A Vermont Supreme Court  justice has come out in favor of a bill that, for the first time, would allow the public to access the state’s criminal database over the Internet.
Testifying before the House Judiciary Committee last week, Associate Justice John Dooley urged lawmakers to expand the bill, S.246, to include other kinds of criminal court documents.
The bill, which the Senate approved last month, would allow registered users to search the Vermont Crime Information Center (VCIC) database  to conduct criminal background checks. Currently, the database is available only to criminal-justice agencies, researchers and employers of “vulnerable populations,” such as schools and nursing homes.
Dooley said he believes S.246 does a good job of balancing the public’s right to know with the privacy concerns of crime victims. But, he told committee members, the bill as it stands now creates “an intentional inconvenience” for people who also want access to criminal case files. Specifically, Dooley wants the state to grant online access to criminal docket sheets, which include a brief description of all the motions, hearings and orders filed in a case, from the initial pleading to the court’s final disposition.
Vermont’s court records are open to the public, although some proceedings — certain family court matters, mental-competency hearings and cases involving minors — are exempt by statute; state judges also have the prerogative to “seal” documents and pleadings from public view. The Vermont judiciary’s website, VTCourtsOnline , has offered Internet access to the docket sheets of civil cases since 2004. The record of criminal court proceedings can only be viewed in person, however.
While everyone has a right to the raw data, cobbling together a person’s criminal history is an expensive and time-consuming process with no guarantee of reliability. A statewide criminal background check requires a visit to every district court in Vermont’s 14 counties. That explains why more and more background checks are being done by national data-compiling companies. They either purchase their data in bulk from state governments — which Vermont doesn’t allow — or employ “stringers” to search the records manually. While the information is available to the public, it often comes at an exorbitant fee.
Allowing electronic web access to criminal case records is opposed by victims’ advocates, who point out that docket sheets contain information, such as names, addresses and the terms of court orders, that can identify victims. Putting that information online, says Sarah Kenney, public policy coordinator for the Vermont Network Against Domestic and Sexual Violence , could compromise victims’ safety, violate their privacy and further stigmatize them or their families.
“We think that just having criminal conviction information available through VCIC is the best way to go because it’s the most reliable information,” Kenney says.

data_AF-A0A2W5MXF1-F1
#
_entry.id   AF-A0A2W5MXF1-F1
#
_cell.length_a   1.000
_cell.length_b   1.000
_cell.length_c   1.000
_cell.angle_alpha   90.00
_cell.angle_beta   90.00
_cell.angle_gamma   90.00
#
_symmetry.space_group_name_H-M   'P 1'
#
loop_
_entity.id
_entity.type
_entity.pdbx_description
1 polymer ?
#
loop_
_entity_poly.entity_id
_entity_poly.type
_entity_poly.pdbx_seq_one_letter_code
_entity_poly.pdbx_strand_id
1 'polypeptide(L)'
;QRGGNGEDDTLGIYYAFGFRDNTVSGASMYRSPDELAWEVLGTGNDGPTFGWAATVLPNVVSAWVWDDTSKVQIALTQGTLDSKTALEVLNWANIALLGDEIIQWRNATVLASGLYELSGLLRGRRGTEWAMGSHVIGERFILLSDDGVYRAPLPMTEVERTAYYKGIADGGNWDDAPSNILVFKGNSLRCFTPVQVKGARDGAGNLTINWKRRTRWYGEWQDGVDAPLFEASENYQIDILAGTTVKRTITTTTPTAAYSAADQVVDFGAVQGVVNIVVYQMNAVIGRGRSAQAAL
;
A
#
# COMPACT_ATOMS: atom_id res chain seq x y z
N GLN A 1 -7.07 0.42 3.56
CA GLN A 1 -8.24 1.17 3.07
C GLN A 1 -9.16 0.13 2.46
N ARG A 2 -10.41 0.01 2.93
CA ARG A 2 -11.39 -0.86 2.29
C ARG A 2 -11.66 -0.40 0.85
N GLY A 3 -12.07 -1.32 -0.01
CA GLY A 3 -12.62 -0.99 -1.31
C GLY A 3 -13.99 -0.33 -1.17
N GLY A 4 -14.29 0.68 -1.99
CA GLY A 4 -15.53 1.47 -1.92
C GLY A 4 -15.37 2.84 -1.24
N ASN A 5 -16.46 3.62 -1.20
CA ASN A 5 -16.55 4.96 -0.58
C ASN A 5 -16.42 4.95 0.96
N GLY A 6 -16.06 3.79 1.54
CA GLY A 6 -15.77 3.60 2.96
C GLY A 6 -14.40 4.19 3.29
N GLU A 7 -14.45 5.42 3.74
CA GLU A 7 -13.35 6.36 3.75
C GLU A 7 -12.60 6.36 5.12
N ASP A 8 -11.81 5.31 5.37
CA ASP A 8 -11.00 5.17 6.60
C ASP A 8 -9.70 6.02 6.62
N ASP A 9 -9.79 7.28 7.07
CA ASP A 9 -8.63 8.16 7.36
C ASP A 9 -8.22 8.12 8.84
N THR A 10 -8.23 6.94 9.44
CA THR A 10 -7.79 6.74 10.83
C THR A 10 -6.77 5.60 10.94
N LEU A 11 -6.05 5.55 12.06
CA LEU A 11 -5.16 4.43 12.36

But other interest groups, including the ACLU of Vermont  and the Vermont Press Association, contend that since criminal court proceedings are already part of the public record, restricting electronic access creates a double standard for public information.
In written testimony, Allen Gilbert, executive director of the Vermont ACLU, told the House Judiciary Committee that the state’s courts accommodated about 19,000 different records requests last year. If, as opponents to greater electronic access fear, the records contained errors, they’re already finding their way onto the web. “The way to solve the problem of ‘dirty records’ is not to hide them,” Gilbert argued, “but to open them further so the errors can be identified and corrected.”
Judge Dooley agrees that court records can be “positively sloppy” when it comes to identifying individuals. There’s no guarantee that, in the case of a background check, he says, the name that turns up in a court records is the person being researched.
However, inaccuracies are less likely when the information comes from the VCIC database, said the center’s director, Max Schlueter. In addition to name and date of birth, VCIC uses fingerprints and other “triangulation” tools to match a person’s identity to the criminal offense.
“The courts’ records are there to document the business of the court,” Schlueter told lawmakers. “VCIC’s records are in the business of documenting the criminal histories of individuals.”
And that’s a huge undertaking. In 2007, VCIC processed 400,000 criminal justice record checks and 200,000 license record requests, despite a limited staff. The process can be very slow — a 10-day wait isn’t unusual — which can be a problem for businesses that depend on timely information about potential employees. For example, nursing homes often need to replace workers on short notice in order to maintain state or federal staffing requirements.
Whatever S.246 looks like in its final form, Schlueter’s workload is bound to increase. As of July 1, VCIC will lose $200,000 in federal funding, resulting in further staff cuts. That’s one reason the Senate bill includes a $30 online user fee.
Schlueter, who opposes the $30 surcharge, claiming it would make Vermont’s criminal records system one of the most expensive in the nation, nonetheless hopes the bill will help to curtail the use of unregulated national data-mining firms. And he wants to put background checks more fully in the hands of VCIC, whose business, Schlueter notes, is “data quality.”